The data controller is the London School of Economics. The Data Processor will be the LSE specifically the LSE Secure Research Computing Governance Group, whose secure environment will be used for the data controllers to access the data. The VIRTUS datacentre provides physical storage of the data only - the processing is conducted by LSE only. The research is funded by the Social Policy Department at the LSE, and their role will be to help publish the findings of the research. This will include a public seminar, and the publication of a free working paper and/or copy of a peer-reviewed journal article via LSE Research Online.

Expected Benefits:

The dissemination of the data benefits the provision of health because the stated aim of the Health in Pregnancy Grant was to promote and improve healthy birthweight and to reduce prematurity. Given the long-term impact of low birthweight and prematurity on a range of child and adult health outcomes, this is an issue of crucial importance. Assessing whether the Health in Pregnancy Grant was, in fact, effective at boosting these health incomes is therefore important to health. If the researchers found, for example, that the grant was effective in promoting healthy birth outcomes, then one possible implication could be that the grant should be re-introduced in order to improve the health of the population. Indeed, the researchers' preliminary research using ONS Birth Registrations data indicates that the grant led to an approximate 20 gram increase in average birthweight in England and Wales.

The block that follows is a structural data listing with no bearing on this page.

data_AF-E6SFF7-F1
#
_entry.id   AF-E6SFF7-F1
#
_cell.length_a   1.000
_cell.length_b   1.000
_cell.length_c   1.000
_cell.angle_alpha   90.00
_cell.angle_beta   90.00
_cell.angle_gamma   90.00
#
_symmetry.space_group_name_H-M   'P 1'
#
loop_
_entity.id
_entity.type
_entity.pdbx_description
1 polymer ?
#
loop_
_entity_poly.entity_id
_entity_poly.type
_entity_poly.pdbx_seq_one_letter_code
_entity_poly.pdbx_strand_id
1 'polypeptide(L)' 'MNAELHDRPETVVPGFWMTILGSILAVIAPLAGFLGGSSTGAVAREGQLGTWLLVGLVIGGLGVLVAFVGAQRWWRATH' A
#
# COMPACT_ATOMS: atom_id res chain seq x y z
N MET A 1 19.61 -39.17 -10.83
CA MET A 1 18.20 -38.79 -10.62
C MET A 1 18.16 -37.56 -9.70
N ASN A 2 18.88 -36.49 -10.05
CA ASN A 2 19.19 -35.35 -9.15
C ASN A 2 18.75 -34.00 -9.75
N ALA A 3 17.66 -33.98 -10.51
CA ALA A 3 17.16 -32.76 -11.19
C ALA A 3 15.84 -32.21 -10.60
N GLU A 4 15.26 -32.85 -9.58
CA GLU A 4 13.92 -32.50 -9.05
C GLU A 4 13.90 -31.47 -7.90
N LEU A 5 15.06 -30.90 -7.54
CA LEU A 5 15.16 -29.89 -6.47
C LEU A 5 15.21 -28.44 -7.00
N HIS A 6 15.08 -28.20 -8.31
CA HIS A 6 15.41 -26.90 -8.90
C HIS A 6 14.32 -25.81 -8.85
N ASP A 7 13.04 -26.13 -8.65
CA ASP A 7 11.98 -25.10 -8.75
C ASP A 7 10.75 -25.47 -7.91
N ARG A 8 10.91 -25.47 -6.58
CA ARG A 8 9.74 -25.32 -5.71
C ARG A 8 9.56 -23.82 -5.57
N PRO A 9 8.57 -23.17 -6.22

The grant interacted with health services, since it was conditional on attending an ante-natal check-up from 25 weeks, and there is evidence to suggest that in Scotland the grant led pregnant women to seek health advice earlier in their pregnancy (Leyland et al., 2017). Using the 'first antenatal appointment' variable, the researchers will be able to examine the impact of the grant on how early women seek medical help during pregnancy. An evaluation of the effectiveness of the grant, and the political implications of that analysis, are therefore directly relevant to health and maternity services.

The dissemination is in the public interest because the Health in Pregnancy Grant came at a significant fiscal cost to the public purse and was justified on the grounds of improving health outcomes. The public therefore have an interest in ascertaining whether that public money was well spent, and if so, whether the grant should be re-introduced to the public benefit.

The outputs (peer reviewed journal submission and public seminar) will expand the evidence base on the impact of the Health in Pregnancy Grant on birth outcomes. It is hoped that it will be used to inform current policy debates about public health and early intervention. The researchers are in contact with a range of Members of Parliament who were vocal about the grant, and plan to keep them updated about the findings of the research.

The findings of the research will also be communicated beyond academia to the public sphere and to citizens through engagement with politicians and stakeholders, a CASE seminar, writing blogs and articles, and social media.

It is anticipated that a submission to a peer-reviewed journal will be made in 2021, when a CASE seminar can also be held.